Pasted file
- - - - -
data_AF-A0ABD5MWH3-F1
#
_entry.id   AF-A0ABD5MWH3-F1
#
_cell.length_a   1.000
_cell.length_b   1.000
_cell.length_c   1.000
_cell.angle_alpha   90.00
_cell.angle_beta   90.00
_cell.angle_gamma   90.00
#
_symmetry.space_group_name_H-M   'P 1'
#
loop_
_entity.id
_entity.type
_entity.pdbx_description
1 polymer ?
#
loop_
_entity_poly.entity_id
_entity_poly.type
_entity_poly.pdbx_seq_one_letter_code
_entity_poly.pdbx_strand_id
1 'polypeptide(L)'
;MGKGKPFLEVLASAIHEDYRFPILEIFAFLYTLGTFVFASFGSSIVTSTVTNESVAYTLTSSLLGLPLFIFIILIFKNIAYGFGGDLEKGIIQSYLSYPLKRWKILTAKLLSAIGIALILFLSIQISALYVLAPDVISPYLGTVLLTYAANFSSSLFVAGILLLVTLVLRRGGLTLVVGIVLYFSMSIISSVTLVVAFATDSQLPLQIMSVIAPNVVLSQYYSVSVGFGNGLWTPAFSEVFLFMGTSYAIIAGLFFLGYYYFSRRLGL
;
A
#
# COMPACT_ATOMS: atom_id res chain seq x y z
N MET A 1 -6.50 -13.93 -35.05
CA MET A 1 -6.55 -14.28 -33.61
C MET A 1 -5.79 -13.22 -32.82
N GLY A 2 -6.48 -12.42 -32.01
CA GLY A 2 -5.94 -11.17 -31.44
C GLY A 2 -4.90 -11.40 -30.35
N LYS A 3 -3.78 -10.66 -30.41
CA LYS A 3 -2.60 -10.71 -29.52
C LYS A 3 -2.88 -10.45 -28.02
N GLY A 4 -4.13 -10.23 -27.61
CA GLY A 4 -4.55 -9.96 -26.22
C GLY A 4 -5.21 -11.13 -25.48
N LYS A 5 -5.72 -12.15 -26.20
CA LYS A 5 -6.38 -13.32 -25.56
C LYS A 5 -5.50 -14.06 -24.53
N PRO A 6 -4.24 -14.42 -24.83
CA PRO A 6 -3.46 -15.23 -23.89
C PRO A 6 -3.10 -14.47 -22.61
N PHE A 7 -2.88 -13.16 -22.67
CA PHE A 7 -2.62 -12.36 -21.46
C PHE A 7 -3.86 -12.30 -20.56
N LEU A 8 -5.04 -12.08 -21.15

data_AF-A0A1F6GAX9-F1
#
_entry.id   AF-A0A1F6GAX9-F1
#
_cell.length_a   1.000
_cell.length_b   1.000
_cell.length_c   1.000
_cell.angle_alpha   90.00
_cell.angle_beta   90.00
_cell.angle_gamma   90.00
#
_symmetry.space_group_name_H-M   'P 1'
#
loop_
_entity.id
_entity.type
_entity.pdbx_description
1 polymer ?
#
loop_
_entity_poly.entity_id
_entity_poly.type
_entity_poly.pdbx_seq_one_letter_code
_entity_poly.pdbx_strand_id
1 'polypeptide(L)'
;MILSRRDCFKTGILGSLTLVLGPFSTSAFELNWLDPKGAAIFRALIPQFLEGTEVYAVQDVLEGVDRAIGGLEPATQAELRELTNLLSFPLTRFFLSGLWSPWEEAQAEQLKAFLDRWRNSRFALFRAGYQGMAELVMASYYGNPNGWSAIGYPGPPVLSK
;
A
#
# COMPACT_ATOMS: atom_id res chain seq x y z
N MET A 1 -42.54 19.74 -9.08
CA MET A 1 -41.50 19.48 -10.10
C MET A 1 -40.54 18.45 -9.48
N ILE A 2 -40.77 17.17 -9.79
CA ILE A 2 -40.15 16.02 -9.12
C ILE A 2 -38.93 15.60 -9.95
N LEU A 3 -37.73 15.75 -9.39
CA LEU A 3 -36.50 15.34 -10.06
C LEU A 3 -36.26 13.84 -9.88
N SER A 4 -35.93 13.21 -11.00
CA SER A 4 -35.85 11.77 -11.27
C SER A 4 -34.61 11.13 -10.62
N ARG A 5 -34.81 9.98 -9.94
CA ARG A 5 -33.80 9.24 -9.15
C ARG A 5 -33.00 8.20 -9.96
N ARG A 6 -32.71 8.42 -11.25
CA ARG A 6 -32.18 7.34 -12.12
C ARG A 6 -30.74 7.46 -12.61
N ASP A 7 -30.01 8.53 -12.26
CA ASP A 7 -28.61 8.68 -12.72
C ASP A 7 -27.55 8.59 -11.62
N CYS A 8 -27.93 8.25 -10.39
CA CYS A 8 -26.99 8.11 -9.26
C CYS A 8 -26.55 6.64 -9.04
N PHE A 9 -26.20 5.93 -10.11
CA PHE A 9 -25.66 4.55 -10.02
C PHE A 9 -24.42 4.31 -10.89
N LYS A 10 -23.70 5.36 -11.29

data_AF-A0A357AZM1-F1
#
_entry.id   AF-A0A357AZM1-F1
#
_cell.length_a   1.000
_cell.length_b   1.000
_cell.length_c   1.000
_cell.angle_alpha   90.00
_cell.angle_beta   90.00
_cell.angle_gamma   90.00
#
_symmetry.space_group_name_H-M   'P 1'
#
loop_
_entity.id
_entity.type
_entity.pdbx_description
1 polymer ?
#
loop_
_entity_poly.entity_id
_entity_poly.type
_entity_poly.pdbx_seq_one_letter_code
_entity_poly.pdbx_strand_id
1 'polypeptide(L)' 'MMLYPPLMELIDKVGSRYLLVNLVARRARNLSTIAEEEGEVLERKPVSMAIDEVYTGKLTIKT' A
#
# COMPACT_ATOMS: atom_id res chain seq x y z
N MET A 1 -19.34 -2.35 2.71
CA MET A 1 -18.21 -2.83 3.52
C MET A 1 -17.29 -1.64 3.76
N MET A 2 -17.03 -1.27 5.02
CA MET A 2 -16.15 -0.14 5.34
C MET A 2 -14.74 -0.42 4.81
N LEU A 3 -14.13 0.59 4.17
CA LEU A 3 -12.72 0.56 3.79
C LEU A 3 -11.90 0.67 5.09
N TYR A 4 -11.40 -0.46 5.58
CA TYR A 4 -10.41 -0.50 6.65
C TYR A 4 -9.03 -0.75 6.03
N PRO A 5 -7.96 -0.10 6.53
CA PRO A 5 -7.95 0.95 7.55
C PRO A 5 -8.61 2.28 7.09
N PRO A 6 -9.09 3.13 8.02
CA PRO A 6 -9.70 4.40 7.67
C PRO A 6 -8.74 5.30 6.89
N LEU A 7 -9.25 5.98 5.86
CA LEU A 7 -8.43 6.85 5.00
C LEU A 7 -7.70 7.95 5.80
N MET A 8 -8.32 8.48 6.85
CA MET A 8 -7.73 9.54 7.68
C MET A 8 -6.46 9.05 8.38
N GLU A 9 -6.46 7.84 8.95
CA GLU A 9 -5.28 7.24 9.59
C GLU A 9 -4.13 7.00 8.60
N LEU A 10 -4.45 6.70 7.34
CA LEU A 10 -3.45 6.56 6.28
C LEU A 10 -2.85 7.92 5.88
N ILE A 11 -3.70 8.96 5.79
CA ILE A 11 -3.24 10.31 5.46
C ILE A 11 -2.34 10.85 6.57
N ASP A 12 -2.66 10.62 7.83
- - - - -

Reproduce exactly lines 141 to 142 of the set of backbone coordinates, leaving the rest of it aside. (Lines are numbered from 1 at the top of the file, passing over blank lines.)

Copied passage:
N MET A 2 -17.03 -1.27 5.02
CA MET A 2 -16.15 -0.14 5.34